It has been a busy week in the UK. Yesterday the Government finally published its “initial response” to the Online Harms consultation. That’s the consultation which was concluded in July last year (admittedly a lot has happened since then e.g. a General Election and leaving the EU). We are promised a full response to the consultation in the “Spring”, which probably means August.
Two Cabinet Ministers signed and launched the initial response document. Today there was a Cabinet Reshuffle and one of them left the Government. Baroness Morgan, who was Secretary of State at DCMS has moved on (this was widely expected, not a shock) to be replaced by Mr Oliver Dowden MP. However, the other signatory, Priti Patel MP from the Home Office, is still there. There is not expected to be any break in continuity of policy. What we saw yesterday is the outline of what we are likely to get.
We also have a brand new Chair of the DCMS Select Committee, the Parliamentary scrutiny body charged with oversight of the DCMS. Julian Knight MP has already been baring his teeth. And he was harrying the Government again today.
What a surprise! There were no surprises
The core idea is to be a newly created duty of care which online businesses will be expected to observe in respect of all their users. There will be a major emphasis on getting businesses to show they have analysed risks and taken appropriate steps to mitigate them. Crucially, businesses will be expected to enforce their own terms and conditions of service.
In the days running up to yesterday I was told explicitly by two different people that one very important idea (age verification for pornography sites) was going to be promoted from being merely “on ice“to being dropped altogether. It hasn’t been. In fact on one reading of yesterday’s text you could argue the Government is taking a more expansive view. How else do you interpret these passages?
“Under our proposals we expect companies to use a proportionate range of tools including age assurance, and age verification technologies to prevent children from accessing age-inappropriate content and to protect them from other harms. This would achieve our objective of protecting children from online pornography, and would also fulfil the aims of the Digital Economy Act.”
” (Our) proposals assume a higher level of protection for children than for the typical adult user, including, where appropriate, measures to prevent children from accessing age-inappropriate or harmful content. This approach will achieve a more consistent and comprehensive approach to harmful content across different sites and go further than the Digital Economy Act’s focus on online pornography on commercial adult sites.” (note the very welcome reference to “harmful” content)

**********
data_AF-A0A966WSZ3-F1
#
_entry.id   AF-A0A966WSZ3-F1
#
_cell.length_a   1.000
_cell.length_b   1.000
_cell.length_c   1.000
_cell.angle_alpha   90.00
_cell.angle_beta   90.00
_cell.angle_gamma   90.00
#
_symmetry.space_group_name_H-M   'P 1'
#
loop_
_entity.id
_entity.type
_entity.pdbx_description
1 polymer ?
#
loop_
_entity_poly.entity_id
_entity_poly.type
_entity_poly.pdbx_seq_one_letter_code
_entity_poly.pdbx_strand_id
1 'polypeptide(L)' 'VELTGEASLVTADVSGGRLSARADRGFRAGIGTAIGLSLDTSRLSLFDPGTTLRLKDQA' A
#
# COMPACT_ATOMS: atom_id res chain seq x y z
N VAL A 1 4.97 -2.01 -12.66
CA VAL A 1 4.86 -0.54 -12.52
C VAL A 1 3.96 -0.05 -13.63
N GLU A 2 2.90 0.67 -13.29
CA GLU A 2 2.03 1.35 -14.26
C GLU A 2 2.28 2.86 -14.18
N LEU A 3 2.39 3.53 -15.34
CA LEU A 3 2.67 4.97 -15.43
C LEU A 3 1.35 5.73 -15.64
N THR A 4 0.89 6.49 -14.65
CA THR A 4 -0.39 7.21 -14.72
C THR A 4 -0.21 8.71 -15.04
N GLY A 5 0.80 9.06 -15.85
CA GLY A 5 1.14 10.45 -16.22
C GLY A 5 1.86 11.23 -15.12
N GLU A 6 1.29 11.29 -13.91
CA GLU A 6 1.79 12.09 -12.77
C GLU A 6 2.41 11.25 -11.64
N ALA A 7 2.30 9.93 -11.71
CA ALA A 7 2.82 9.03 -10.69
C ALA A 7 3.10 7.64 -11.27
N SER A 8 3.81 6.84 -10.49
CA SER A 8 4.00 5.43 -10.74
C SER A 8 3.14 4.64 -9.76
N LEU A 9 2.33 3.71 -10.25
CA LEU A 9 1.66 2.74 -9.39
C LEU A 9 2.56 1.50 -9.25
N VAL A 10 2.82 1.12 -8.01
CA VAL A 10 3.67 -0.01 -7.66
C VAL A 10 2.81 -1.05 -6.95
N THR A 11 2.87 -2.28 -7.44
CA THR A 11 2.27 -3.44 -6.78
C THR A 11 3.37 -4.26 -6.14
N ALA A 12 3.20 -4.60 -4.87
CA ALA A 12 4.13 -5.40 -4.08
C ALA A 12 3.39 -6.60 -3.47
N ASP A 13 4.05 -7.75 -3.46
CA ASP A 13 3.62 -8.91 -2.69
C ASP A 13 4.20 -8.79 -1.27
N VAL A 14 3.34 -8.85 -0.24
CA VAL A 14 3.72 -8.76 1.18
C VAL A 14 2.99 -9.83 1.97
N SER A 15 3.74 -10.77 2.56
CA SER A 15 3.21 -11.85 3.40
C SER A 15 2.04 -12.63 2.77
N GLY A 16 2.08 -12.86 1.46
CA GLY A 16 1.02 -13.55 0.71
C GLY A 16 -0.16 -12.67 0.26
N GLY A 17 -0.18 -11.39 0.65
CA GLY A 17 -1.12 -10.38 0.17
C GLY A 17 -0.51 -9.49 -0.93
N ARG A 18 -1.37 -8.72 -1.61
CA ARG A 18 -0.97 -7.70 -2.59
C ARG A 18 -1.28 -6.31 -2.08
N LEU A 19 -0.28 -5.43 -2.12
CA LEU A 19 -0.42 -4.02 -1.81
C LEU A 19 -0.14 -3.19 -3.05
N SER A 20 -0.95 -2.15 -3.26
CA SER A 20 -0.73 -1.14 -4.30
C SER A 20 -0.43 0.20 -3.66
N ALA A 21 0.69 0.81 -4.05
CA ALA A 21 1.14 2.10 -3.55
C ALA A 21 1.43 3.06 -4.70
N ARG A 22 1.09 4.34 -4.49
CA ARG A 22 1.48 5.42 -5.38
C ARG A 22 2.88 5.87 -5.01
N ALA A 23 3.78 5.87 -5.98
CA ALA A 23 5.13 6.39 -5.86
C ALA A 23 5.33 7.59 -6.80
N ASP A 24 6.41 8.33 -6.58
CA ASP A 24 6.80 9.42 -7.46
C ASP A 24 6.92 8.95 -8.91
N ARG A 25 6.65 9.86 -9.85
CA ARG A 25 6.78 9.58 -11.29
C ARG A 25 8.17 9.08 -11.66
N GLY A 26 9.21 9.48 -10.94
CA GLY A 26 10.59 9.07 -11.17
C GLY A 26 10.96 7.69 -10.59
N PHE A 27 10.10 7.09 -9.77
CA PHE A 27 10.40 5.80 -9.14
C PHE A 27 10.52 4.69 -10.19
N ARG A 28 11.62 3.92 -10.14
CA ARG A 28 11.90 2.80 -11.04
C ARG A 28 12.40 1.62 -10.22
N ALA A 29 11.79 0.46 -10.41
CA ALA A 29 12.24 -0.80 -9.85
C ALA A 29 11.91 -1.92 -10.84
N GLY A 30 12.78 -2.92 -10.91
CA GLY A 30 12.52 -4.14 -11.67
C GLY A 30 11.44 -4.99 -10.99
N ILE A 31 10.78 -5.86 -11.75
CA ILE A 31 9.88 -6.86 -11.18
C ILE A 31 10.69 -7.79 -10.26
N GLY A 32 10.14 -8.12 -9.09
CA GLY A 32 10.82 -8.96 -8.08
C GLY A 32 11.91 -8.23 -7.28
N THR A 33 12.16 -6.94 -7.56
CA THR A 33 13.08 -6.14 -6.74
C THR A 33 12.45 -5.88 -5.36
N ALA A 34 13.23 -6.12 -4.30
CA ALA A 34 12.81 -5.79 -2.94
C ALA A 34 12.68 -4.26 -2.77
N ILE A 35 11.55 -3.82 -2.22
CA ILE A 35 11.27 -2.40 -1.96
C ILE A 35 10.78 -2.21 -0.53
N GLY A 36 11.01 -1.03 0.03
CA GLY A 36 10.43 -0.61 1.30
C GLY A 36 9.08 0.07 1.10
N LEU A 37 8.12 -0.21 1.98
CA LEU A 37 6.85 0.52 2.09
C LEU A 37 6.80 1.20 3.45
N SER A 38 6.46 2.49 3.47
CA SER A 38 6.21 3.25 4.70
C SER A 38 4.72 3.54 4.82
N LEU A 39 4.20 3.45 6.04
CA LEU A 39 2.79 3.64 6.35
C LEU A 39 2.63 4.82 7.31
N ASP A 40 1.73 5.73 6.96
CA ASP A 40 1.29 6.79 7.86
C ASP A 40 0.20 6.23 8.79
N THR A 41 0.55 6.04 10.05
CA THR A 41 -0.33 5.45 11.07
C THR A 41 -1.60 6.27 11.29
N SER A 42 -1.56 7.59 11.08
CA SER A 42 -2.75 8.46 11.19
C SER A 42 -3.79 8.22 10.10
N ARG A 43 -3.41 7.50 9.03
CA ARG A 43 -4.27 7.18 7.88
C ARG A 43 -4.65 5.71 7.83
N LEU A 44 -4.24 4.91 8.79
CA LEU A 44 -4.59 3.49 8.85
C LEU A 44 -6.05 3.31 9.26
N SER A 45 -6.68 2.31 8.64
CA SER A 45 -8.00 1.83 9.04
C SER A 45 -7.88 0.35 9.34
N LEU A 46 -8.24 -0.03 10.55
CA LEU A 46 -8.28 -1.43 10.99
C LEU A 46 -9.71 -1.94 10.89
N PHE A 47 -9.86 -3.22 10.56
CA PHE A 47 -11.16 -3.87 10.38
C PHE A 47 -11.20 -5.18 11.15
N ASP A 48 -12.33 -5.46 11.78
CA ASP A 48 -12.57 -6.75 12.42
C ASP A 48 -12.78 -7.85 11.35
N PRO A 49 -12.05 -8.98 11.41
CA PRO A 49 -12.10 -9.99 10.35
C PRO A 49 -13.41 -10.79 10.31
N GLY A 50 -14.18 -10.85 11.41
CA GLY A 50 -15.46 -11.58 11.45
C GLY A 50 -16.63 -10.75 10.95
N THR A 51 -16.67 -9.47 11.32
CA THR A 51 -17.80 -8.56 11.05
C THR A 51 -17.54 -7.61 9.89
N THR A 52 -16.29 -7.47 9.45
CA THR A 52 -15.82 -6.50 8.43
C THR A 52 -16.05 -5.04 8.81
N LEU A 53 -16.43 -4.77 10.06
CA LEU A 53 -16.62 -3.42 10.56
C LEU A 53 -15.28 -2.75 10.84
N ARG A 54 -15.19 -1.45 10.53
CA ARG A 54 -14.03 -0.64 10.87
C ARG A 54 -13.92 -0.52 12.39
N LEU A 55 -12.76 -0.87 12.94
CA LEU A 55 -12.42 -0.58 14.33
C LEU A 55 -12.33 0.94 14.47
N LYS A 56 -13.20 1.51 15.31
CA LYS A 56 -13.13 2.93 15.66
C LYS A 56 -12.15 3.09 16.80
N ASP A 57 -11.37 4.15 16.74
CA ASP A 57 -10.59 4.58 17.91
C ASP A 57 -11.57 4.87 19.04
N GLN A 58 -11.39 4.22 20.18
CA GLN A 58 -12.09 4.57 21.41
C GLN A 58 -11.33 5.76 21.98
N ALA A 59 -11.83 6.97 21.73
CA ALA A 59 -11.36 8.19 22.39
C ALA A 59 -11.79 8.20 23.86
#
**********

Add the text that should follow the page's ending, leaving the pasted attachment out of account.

The Regulator, powers and penalties
The body that is going to be charged with overseeing all this is to be Ofcom but beyond that it is still not clear what range of powers it will have at its disposal. The tone of the language and the approach is tough. ISP blocking has not been ruled out, neither have heavy fines, maybe criminal liability. The usual suspects are already bridling.
The main focus of the Regulator’s remit is clearly going to be social media services but several of the items mentioned in the response go way beyond social media sites. We are going to need some closer delineation of boundaries.
Interim codes of practice
The government said it
“expects companies to take action now to tackle harmful content or activity on their services. For those harms where there is a risk to national security or to the safety of children, the government is working with law enforcement and other relevant bodies to produce interim codes of practice.
The interim codes of practice will provide guidance to companies on how to tackle online terrorist and Child Sexual Exploitation and Abuse (CSEA) content and activity. The codes will be voluntary but are intended to bridge the gap until the regulator becomes operational, given the seriousness of these harms. We are continuing to engage with key stakeholders in the development of the codes to ensure that they are effective. We will publish these interim codes of practice in the coming months.”
No mention was made of the interplay of all these matters with the AVMSD which is also overseen by Ofcom, and the data privacy laws, which are overseen by the ICO . Both are highly relevant to the emerging landscape. And one wonders where the work of the Centre for Data Ethics and Innovation will fit in.
Time is not on our side
Having opened this blog with The Beatles, I will close with The Rolling Stones (sort of). Time is definitely not on our side. I have heard some appalling estimates of likely timescales for getting the Ofcom show on the road although, apparently, it is once again being suggested that at least the measures directed at pornography sites could come on stream sooner. In which case we can all be thankful for small mercies.
Watch this space.